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Suppose you have an infinite graph $G$. I assume $G$ to be cubic and planar. No further conditions, so it will be irregular, maybe in the sense of cubic planar version of Rado's graph: Every possible combination of faces exists somewhere in this graph (like in normal numbers).

Now you are given a second one of such a graph $G'$. They might look different at first glance, but aren't they actually identical?

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In simple words, you are asking whether or not the theory of cubic and planar graphs with the requirement that the graph is infinite is $\aleph_0$ categorical? –  Asaf Karagila Nov 24 '13 at 21:57
    
@Asaf hmm, I think so: Yes...is it? –  draks ... Nov 24 '13 at 21:58
    
I don't know... If "just cubic and planar" imply random (in the sense of Rado graph) then yes. –  Asaf Karagila Nov 24 '13 at 22:01
    
@Asaf What else could? So and do you mean that $G$ is the planar cubic subgraph of Rado's graph? –  draks ... Nov 24 '13 at 22:04
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I think that I don't know enough terminology in graph theory to give a comprehensive answer (otherwise I would have), and I trust Brian enough to be certain of his knowledge of graph theory. I'd go and fiddle around the definitions, but all my brain resources have been allocated to four problems as it is... :-) –  Asaf Karagila Nov 24 '13 at 22:33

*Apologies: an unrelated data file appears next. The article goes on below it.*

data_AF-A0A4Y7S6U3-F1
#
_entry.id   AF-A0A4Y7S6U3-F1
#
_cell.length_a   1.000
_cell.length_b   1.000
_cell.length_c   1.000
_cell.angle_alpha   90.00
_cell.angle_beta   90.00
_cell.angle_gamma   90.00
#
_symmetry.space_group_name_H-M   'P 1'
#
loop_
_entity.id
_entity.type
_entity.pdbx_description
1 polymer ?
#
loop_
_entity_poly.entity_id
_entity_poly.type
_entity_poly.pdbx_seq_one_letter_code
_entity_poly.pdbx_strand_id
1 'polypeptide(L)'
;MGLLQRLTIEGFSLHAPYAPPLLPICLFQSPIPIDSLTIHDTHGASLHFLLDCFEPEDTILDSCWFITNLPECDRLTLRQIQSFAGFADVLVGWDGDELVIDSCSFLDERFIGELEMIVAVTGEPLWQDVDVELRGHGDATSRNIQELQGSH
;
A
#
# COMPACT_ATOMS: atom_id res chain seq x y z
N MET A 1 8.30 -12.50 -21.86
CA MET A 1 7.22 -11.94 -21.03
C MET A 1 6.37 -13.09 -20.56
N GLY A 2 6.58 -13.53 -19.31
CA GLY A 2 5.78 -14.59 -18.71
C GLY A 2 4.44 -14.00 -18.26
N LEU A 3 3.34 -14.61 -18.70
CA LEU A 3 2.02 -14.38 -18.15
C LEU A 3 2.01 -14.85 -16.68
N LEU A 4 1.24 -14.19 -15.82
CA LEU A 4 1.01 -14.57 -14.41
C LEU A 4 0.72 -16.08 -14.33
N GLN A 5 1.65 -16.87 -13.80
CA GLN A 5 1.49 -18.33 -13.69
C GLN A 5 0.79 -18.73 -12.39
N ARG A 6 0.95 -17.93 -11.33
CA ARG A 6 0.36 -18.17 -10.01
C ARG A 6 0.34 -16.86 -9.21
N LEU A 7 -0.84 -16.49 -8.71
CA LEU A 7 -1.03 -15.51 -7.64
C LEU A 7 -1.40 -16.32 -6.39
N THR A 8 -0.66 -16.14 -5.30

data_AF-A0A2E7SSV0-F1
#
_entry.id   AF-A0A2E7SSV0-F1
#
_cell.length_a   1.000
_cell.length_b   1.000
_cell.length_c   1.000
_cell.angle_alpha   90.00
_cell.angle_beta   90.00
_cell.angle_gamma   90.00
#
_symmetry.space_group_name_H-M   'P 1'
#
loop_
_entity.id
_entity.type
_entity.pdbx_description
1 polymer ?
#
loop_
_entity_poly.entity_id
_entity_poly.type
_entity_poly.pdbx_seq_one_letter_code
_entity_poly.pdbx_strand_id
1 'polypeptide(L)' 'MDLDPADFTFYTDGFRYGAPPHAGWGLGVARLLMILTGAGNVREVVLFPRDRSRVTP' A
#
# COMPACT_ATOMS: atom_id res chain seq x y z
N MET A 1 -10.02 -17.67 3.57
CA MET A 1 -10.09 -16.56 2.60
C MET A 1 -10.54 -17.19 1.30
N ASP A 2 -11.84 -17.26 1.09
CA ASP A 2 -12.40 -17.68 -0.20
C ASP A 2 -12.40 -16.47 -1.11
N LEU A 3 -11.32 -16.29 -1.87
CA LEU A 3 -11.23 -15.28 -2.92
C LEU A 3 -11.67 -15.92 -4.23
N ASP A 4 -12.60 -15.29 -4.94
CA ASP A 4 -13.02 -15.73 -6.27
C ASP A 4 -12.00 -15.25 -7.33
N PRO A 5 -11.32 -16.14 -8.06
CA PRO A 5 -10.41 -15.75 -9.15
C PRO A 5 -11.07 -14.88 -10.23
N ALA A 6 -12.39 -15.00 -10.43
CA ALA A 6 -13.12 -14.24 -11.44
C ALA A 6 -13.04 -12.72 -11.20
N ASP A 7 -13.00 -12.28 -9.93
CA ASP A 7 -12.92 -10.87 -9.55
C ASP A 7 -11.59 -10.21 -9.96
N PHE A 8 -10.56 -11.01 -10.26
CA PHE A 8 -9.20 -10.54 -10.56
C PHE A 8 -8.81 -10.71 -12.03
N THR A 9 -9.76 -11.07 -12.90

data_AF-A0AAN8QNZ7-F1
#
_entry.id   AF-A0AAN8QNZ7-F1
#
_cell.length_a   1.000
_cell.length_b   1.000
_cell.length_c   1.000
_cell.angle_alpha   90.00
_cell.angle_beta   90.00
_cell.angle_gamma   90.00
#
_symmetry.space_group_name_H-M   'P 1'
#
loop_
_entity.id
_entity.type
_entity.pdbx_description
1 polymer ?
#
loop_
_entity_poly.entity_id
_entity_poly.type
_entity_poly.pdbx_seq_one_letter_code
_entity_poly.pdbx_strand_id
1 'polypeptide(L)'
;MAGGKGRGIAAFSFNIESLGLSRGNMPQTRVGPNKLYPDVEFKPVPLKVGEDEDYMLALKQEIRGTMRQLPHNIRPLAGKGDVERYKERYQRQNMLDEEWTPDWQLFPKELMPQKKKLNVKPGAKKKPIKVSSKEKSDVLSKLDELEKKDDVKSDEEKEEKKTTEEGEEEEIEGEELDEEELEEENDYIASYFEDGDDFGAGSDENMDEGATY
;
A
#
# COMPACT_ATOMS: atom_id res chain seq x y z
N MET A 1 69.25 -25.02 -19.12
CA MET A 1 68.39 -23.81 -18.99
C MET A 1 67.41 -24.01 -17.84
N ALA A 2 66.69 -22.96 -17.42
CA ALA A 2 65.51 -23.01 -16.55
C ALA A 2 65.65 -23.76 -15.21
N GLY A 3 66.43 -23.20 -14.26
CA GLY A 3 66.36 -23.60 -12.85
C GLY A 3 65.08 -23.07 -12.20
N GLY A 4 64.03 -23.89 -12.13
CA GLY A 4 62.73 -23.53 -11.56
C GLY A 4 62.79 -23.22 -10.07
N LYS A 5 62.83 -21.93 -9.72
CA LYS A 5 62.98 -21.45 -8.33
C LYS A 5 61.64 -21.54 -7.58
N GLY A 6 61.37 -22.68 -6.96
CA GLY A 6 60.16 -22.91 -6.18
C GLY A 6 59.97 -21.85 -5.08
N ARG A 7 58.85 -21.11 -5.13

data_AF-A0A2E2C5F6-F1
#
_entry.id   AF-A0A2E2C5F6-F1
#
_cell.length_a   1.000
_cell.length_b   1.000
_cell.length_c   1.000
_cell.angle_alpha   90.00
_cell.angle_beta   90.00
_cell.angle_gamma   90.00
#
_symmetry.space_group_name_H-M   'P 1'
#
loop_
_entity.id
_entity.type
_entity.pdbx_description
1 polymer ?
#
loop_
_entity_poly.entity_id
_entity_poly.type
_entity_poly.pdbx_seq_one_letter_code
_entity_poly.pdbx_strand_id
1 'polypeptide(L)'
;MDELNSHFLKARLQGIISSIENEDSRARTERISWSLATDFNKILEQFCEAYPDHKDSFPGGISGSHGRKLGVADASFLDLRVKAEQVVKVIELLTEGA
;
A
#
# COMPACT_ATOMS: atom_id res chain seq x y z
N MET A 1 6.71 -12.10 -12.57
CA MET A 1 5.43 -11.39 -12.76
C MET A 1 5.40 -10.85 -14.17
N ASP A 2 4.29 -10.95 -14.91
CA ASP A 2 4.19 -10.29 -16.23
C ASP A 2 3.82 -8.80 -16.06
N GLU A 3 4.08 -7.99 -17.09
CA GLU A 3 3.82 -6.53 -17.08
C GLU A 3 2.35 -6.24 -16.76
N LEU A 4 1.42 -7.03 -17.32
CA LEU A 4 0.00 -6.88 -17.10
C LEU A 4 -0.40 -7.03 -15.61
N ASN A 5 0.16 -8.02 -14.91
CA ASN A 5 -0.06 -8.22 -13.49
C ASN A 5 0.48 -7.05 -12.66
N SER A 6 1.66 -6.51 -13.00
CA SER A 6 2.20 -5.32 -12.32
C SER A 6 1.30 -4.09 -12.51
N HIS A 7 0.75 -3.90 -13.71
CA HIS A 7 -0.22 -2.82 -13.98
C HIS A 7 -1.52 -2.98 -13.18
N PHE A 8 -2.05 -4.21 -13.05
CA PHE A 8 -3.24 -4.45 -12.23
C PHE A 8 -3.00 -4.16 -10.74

1 Answer 1

These are not isomorphic: the second has bridges, and the first has none.

          --o----o----o----o--  
            |    |    |    |  
          --o----o----o----o--

            o          o          o  
           /|\        /|\        /|\  
          / | \      / | \      / | \  
       --o  |  o----o  |  o----o  |  o--  
          \ | /      \ | /      \ | /  
           \|/        \|/        \|/  
            0          o          o
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...that's not what I thought about. I meant something random like Rado's graph (see Asaf's comment above). –  draks ... Nov 24 '13 at 22:07
    
@draks...: They’re cubic planar graphs. Perhaps you need to add some conditions? –  Brian M. Scott Nov 24 '13 at 22:07
    
Yes they are. Formally you're right: It answer what I've written, but it doesn't answer what I thought. Thanks anyway... –  draks ... Nov 24 '13 at 22:09
    
@draks...: You’re welcome. I now have a general idea of what you had in mind, but I don’t immediately see how to make it precise. –  Brian M. Scott Nov 24 '13 at 22:10
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Does this work? How could such a graph even contain $K_4$? –  draks ... Nov 24 '13 at 22:14

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